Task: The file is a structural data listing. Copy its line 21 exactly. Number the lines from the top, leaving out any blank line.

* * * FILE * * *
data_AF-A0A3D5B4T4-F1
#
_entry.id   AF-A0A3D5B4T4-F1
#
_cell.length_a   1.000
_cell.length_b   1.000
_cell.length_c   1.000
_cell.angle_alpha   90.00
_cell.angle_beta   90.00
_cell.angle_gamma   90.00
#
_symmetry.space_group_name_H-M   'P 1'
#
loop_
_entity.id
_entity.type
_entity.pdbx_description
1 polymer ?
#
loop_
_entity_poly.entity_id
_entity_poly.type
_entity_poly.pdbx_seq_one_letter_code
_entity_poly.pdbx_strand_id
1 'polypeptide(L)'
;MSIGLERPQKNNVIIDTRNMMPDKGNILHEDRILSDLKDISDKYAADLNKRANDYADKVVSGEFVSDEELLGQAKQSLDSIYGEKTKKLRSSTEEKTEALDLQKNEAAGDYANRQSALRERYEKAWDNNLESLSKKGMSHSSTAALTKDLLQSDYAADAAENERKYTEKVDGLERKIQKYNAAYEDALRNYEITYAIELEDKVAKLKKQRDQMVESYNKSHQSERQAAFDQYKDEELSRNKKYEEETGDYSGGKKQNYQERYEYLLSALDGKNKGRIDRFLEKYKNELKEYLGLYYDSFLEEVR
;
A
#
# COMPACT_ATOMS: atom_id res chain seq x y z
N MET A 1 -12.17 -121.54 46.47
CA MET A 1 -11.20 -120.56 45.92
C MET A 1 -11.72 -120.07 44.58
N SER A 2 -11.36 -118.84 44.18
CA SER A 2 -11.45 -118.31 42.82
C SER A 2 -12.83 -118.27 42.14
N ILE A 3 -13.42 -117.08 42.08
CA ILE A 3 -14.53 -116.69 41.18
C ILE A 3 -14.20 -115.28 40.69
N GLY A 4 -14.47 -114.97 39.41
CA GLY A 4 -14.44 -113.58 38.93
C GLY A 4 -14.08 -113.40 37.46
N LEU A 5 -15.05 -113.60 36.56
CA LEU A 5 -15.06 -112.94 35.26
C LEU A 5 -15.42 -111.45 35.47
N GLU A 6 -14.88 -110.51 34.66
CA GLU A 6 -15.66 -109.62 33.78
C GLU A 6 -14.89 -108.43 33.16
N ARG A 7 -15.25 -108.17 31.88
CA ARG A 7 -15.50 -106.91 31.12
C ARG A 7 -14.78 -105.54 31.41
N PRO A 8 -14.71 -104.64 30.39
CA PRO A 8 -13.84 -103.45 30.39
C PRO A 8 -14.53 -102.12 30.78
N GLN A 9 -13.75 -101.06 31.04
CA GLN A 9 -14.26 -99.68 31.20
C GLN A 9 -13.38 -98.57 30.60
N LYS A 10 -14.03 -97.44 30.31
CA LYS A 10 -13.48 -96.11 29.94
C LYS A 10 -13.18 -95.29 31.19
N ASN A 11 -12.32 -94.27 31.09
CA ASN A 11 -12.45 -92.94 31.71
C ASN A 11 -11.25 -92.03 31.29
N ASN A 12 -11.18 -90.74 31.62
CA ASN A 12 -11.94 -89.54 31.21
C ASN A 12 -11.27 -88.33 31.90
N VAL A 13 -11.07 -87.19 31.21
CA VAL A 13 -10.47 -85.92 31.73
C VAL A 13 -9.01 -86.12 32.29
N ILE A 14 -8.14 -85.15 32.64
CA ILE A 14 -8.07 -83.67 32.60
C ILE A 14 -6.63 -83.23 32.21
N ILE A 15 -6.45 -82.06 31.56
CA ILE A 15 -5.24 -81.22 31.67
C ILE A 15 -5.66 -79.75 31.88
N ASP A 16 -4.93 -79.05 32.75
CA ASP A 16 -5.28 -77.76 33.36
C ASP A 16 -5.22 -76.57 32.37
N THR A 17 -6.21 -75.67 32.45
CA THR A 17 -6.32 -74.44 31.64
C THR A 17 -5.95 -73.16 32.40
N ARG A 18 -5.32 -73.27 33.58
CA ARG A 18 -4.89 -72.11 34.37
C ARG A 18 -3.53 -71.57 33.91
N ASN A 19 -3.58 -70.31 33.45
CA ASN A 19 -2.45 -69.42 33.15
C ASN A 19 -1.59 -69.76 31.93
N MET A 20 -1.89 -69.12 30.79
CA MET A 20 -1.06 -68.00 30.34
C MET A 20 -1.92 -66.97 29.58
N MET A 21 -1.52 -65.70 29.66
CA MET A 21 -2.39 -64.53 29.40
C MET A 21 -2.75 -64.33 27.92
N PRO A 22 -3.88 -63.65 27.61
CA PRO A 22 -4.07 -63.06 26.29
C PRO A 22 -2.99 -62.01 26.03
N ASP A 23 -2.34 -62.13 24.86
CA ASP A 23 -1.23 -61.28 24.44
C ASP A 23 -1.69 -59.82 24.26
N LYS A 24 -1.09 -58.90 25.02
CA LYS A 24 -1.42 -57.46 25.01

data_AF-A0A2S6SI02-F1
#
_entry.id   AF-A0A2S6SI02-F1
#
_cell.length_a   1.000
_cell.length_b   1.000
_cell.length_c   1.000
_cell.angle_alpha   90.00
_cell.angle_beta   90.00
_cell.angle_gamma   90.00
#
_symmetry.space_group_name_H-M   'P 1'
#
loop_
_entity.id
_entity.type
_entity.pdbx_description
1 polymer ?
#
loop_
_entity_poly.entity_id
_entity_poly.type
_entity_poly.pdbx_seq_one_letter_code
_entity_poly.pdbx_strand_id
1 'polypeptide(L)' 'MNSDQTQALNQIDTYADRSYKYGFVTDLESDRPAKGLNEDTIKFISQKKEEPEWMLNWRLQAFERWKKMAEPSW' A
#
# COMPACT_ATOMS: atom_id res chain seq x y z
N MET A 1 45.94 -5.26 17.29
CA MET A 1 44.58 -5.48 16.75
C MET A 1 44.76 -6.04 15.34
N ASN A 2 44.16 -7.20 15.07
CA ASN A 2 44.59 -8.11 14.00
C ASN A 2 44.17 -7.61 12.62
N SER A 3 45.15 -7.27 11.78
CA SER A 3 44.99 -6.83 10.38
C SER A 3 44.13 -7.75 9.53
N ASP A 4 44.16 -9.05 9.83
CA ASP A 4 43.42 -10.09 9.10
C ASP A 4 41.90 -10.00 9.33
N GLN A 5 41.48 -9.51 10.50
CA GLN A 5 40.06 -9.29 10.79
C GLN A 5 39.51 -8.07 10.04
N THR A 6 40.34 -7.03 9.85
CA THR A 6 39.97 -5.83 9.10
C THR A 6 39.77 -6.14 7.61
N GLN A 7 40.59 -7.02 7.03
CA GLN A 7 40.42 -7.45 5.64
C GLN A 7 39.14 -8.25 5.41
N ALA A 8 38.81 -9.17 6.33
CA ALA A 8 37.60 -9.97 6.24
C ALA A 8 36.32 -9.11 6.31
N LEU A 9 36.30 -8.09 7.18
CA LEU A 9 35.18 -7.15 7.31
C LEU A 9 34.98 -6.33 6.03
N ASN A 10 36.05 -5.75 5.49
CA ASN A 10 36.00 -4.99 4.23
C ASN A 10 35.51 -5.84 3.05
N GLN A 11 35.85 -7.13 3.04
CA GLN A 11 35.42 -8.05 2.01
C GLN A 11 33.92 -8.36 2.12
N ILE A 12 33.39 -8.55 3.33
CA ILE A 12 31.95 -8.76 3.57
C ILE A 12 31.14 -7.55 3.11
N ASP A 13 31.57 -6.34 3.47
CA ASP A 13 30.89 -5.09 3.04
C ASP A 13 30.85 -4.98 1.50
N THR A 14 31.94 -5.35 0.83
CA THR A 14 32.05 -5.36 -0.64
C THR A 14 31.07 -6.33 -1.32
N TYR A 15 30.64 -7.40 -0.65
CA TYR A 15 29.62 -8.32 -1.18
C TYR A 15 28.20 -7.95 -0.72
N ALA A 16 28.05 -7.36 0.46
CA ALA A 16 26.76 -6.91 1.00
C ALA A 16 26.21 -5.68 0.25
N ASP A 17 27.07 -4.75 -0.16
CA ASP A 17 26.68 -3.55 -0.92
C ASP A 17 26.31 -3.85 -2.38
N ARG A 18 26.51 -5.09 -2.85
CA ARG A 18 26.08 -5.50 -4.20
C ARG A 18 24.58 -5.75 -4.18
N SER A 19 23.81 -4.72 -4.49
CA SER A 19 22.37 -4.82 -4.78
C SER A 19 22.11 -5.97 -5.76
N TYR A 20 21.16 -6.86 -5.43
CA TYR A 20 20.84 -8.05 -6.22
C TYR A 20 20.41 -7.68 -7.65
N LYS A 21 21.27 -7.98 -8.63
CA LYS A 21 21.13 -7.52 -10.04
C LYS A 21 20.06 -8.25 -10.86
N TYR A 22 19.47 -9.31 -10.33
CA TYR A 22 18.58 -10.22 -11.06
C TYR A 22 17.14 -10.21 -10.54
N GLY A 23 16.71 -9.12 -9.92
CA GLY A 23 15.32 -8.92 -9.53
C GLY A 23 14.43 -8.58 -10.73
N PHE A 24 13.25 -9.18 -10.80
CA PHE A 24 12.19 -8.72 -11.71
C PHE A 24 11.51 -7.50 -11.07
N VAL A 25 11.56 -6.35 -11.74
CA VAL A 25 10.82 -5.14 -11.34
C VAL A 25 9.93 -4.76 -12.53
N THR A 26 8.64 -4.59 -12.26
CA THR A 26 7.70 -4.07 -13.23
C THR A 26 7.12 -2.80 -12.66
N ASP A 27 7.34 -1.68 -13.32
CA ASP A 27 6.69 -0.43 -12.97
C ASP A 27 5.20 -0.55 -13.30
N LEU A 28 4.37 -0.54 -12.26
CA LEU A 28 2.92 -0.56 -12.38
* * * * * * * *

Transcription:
_entity_poly.entity_id